Seattle Slew was another great Kentucky Derby champion, overcoming a slow start to win the 1977 Run for the Roses and improve to 7-0 all-time in his racing career. Although Seattle Slew’s time of 2:04 may not look that impressive, he still won by nearly two full lengths, suggesting that track or weather conditions might have been to blame for the slow time. Seattle Slew went on to win the Preakness and Belmont as well, making him the only horse in history to win the Triple Crown without ever having lost a race.

More recently, American Pharoah made waves in 2015 when he completed the final quarter-mile stretch in a time of 24.32 seconds, faster than Secretariat had run that leg of the race 42 years earlier. American Pharoah also captured the Preakness and Belmont that year, snapping a 38-year drought for Triple Crown champions.

Here is a list of all of the Kentucky Derby winners in history (horses with an * went on to win the Triple Crown that year):

  • 2018: Justify
  • 2017: Always Dreaming
  • 2016: Nyquist
  • 2015: American Pharoah*
  • 2014: California Chrome
  • 2013: Orb
  • 2012: I’ll Have Another
  • 2011: Animal Kingdom
  • 2010: Super Saver
  • 2009: Mine That Bird
  • 2008: Big Brown
  • 2007: Street Sense
  • 2006: Barbaro
  • 2005: Giacomo
  • 2004: Smarty Jones
  • 2003: Funny Cide
  • 2002: War Emblem
  • 2001: Monarchos
  • 2000: Fusaichi Pegasus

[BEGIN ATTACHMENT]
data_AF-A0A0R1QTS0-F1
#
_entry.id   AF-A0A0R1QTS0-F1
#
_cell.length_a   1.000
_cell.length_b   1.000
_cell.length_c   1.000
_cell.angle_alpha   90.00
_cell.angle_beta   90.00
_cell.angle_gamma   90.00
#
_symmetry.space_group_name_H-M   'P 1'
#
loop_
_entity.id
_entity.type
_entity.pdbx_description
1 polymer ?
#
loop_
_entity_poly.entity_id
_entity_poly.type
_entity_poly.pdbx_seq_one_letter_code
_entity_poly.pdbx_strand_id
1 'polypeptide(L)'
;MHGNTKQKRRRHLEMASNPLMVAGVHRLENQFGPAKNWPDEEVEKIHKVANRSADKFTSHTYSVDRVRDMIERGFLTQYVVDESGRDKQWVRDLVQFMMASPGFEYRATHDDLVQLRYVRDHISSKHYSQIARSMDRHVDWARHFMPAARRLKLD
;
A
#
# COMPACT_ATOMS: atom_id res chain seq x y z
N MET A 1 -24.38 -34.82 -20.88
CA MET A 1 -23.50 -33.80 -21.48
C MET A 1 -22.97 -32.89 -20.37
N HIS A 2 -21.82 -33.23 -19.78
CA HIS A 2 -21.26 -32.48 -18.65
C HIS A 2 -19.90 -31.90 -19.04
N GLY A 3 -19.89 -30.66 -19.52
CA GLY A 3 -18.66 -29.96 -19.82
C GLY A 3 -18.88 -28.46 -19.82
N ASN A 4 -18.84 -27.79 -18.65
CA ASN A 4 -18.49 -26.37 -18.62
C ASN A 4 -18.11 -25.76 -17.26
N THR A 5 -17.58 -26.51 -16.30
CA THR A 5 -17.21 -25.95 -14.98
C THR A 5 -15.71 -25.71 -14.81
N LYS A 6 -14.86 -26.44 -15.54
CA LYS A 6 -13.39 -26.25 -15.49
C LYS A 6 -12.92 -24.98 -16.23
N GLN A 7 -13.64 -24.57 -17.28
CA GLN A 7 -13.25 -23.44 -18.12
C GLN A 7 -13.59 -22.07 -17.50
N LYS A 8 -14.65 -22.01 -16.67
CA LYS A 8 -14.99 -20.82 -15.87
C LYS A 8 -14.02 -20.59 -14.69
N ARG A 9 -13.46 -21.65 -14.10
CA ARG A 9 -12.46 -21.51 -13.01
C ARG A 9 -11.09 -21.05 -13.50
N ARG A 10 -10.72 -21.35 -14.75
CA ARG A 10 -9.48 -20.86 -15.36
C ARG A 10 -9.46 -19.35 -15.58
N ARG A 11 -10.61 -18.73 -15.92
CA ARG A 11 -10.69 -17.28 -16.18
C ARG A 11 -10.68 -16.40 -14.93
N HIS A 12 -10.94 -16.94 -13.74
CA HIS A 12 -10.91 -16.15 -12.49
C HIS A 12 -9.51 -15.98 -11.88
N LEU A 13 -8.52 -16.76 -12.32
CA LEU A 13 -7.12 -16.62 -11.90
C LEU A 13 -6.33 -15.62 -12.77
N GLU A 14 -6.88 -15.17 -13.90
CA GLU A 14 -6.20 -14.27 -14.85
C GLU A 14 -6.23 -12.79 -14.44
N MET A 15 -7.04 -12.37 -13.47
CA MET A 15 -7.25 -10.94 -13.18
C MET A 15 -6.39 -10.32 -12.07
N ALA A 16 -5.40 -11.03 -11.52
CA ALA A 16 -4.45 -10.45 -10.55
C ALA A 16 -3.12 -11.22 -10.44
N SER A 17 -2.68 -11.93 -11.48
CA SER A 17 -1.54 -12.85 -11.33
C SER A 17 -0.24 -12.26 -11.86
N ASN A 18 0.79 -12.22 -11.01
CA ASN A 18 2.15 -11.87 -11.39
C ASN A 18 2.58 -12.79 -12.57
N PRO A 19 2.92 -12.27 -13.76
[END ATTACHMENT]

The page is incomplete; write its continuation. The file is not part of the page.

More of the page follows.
• 1999: Charismatic
  • 1998: Real Quiet

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  • 1997: Silver Charm
  • 1996: Grindstone
  • 1995: Thunder Gulch
  • 1994: Go for Gin
  • 1993: Sea Hero
  • 1992: Lil E. Tee
  • 1991: Strike the Gold
  • 1990: Unbridled
  • 1989: Sunday Silence
  • 1988: Winning Colors
  • 1987: Alysheba
  • 1986: Ferdinand
  • 1985: Spend A Buck
  • 1984: Swale
  • 1983: Sunny’s Halo
  • 1982: Gato Del Sol
  • 1981: Pleasant Colony
  • 1980: Genuine Risk
  • 1979: Spectacular Bid
  • 1978: Affirmed*
  • 1977: Seattle Slew*
  • 1976: Bold Forbes
  • 1975: Foolish Pleasure
  • 1974: Cannonade
  • 1973: Secretariat*
  • 1972: Riva Ridge
  • 1971: Canonero II
  • 1970: Dust Commander
  • 1969: Majestic Prince
  • 1968: Forward Pass
  • 1967: Proud Clarion
  • 1966: Kauai King
  • 1965: Lucky Debonair
  • 1964: Northern Dancer
  • 1963: Chateaugay
  • 1962: Decidedly
  • 1961: Carry Back
  • 1960: Venetian Way
  • 1959: Tomy Lee
  • 1958: Tim Tam
  • 1957: Iron Liege
  • 1956: Needles
  • 1955: Swaps
  • 1954: Determine
  • 1953: Dark Star
  • 1952: Hill Gail
  • 1951: Count Turf
  • 1950: Middleground
  • 1949: Ponder
  • 1948: Citation*
  • 1947: Jet Pilot
  • 1946: Assault*
  • 1945: Hoop Jr.
  • 1944: Pensive
  • 1943: Count Fleet*
  • 1942: Shut Out
  • 1941: Whirlaway*
  • 1940: Gallahadion
  • 1939: Johnstown
  • 1938: Lawrin
  • 1937: War Admiral*
  • 1936: Bold Venture
  • 1935: Omaha*
  • 1934: Cavalcade
  • 1933: Brokers Tip
  • 1932: Burgoo King
  • 1931: Twenty Grand
  • 1930: Gallant Fox*
  • 1929: Clyde Van Dusen
  • 1928: Reigh Count
  • 1927: Whiskery
  • 1926: Bubbling Over
  • 1925: Flying Ebony
  • 1924: Black Gold
  • 1923: Zev
  • 1922: Morvich
  • 1921: Behave Yourself
  • 1920: Paul Jones
  • 1919: Sir Barton*
  • 1918: Exterminator
  • 1917: Omar Khayyam
  • 1916: George Smith
  • 1915: Regret
  • 1914: Old Rosebud
  • 1913: Donerail
  • 1912: Worth
  • 1911: Meridian
  • 1910: Donau
  • 1909: Wintergreen
  • 1908: Stone Street
  • 1907: Pink Star
  • 1906: Sir Huon
  • 1905: Agile
  • 1904: Elwood
  • 1903: Judge Himes
  • 1902: Alan-a-Dale
  • 1901: His Eminence
  • 1900: Lieut. Gibson
  • 1899: Manuel
  • 1898: Plaudit
  • 1897: Typhoon II
  • 1896: Ben Brush
  • 1895: Halma
  • 1894: Chant
  • 1893: Lookout
  • 1892: Azra
  • 1891: Kingman
  • 1890: Riley
  • 1889: Spokane
  • 1888: Macbeth II
  • 1887: Montrose
  • 1886: Ben Ali
  • 1885: Joe Cotton
  • 1884: Buchanan
  • 1883: Leonatus
  • 1882: Apollo